ROCKFORD, Ill. (WTVO) — Catalytic converter thefts are on the rise in Illinois.
While only 284 were confirmed stolen in Illinois in 2019, according to Been Verified, that number skyrocketed to 3,820 in 2022.
In fact, data from the National Insurance Crime Bureau showed that Illinois was in the top five states in the country for catalytic converter thefts between 2020-2022.
With the threat as large as it is, residents might be wondering how they can protect themselves from having their own catalytic converter stolen.
As it turns out, there are a number of ways.
One way, according to NerdWallet, is to be aware of what kind of catalytic converters are being stolen. They said that trucks and SUVs are targeted the most since it is easy to slide under the vehicle rather than having to jack it up.
CARFAX said that the most targeted vehicles are:
- Ford F Series Truck
- Honda Accord
- Toyota Prius
- Ford Explorer
- Ford Econoline
- Chevrolet Equinox
- Chevrolet Silerado
- Toyota Tacoma
- Chevrolet Cruze
There are also different anti-theft devices that drivers can install on their catalytic converter. Ranging from $300-$800, these include a steel shield that fits over the converter, which takes time extra tools to remove.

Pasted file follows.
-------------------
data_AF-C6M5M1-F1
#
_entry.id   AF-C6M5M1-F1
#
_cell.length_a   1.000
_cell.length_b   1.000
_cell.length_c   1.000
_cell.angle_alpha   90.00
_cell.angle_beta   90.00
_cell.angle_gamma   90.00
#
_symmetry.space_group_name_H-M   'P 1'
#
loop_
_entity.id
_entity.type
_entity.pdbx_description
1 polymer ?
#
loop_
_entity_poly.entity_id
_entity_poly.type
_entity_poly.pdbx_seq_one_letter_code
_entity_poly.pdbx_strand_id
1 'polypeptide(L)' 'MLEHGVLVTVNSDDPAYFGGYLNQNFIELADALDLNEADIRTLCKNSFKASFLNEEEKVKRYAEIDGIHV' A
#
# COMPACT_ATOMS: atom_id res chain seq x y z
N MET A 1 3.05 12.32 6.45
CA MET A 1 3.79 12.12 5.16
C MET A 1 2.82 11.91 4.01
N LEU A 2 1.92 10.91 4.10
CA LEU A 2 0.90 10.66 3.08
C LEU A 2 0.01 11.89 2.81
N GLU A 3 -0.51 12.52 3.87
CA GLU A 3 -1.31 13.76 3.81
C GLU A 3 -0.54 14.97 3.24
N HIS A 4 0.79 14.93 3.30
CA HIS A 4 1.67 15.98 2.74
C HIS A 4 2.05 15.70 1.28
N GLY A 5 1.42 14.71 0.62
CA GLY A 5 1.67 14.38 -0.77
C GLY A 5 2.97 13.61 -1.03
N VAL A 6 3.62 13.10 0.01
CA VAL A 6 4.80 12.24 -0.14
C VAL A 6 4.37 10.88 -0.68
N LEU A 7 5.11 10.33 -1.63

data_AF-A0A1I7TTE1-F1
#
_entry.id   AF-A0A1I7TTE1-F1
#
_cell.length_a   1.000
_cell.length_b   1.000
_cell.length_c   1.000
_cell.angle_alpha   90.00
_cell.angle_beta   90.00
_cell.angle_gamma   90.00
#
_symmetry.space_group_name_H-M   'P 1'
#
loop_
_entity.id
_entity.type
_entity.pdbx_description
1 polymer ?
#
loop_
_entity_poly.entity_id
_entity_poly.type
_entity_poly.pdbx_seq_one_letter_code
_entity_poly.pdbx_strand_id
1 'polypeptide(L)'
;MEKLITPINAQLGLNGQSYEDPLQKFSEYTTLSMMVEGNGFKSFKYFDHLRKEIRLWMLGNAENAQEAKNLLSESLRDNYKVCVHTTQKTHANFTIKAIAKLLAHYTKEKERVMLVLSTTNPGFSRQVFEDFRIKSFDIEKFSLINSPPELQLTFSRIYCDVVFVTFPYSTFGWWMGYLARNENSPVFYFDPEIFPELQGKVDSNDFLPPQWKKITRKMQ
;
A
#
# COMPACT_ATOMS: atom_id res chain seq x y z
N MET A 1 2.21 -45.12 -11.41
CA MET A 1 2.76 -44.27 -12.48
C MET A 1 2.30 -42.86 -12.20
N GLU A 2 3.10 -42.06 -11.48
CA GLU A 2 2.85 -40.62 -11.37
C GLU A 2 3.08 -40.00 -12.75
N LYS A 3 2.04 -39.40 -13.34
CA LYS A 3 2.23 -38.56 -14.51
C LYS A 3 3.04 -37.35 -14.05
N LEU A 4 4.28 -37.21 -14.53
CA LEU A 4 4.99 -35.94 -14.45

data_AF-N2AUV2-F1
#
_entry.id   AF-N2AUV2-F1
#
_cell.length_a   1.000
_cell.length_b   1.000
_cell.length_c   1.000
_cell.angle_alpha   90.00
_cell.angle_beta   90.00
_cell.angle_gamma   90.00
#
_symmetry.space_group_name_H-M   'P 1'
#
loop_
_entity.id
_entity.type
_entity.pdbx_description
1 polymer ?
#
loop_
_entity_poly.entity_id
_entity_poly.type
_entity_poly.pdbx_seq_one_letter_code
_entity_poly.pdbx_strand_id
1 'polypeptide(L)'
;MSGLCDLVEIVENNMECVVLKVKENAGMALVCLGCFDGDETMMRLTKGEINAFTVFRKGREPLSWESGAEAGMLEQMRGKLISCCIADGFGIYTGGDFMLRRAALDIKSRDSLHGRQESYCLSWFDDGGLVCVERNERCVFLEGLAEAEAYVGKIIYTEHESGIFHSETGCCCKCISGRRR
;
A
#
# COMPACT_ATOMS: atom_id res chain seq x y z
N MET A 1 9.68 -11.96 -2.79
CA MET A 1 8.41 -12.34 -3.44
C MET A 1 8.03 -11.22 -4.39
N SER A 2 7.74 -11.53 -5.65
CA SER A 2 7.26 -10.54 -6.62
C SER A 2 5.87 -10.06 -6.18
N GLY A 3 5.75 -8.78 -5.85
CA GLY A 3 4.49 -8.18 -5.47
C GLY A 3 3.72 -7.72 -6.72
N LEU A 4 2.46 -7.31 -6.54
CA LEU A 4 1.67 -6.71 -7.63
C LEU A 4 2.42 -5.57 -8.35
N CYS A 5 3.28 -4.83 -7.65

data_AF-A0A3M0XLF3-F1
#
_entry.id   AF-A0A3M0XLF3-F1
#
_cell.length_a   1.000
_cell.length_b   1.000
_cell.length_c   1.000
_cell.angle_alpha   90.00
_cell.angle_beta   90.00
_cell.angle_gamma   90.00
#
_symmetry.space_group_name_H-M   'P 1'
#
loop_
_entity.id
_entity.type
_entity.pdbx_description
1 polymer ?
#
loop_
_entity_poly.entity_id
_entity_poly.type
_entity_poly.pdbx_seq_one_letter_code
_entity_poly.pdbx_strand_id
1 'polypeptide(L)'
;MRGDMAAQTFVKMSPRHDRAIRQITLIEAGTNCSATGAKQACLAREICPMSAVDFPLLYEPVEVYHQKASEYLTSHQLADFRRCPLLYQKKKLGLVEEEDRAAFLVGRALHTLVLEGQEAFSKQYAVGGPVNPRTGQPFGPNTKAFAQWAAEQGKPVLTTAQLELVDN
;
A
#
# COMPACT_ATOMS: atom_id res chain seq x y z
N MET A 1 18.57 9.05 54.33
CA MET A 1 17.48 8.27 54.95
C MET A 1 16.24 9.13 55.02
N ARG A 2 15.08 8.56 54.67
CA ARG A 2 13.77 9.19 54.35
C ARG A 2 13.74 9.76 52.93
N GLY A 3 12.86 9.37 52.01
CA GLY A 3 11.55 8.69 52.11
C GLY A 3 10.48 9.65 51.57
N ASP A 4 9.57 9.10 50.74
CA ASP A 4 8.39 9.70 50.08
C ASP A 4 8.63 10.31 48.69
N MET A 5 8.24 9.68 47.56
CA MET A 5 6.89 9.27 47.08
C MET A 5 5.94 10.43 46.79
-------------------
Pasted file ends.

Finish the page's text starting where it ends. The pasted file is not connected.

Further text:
Another option is a cage made of high-strength steel, which is difficult to cut, or stainless-steel cables that are welded from the converter to the car’s frame.
There are steps people can take that does not include messing with their car. For example, residents can install motion-sensitive lights and are recommended to park in their driveway or closed garage whenever possible.
They can also set their car’s alarm to go off if it is jostled.
Todd Foreman, director of law enforcement outreach for Scrap Recycling Industries, said to NPR that drivers could also consider painting their catalytic converter with a bright colored, high-temperature paint.
He said that this could put off a person from stealing the converter, as they would have to scrap off the paint before selling it.
“If they climb under a car and see it’s spray-painted,” Foreman said, “they know they’re more likely to be caught stealing those catalytic converters.”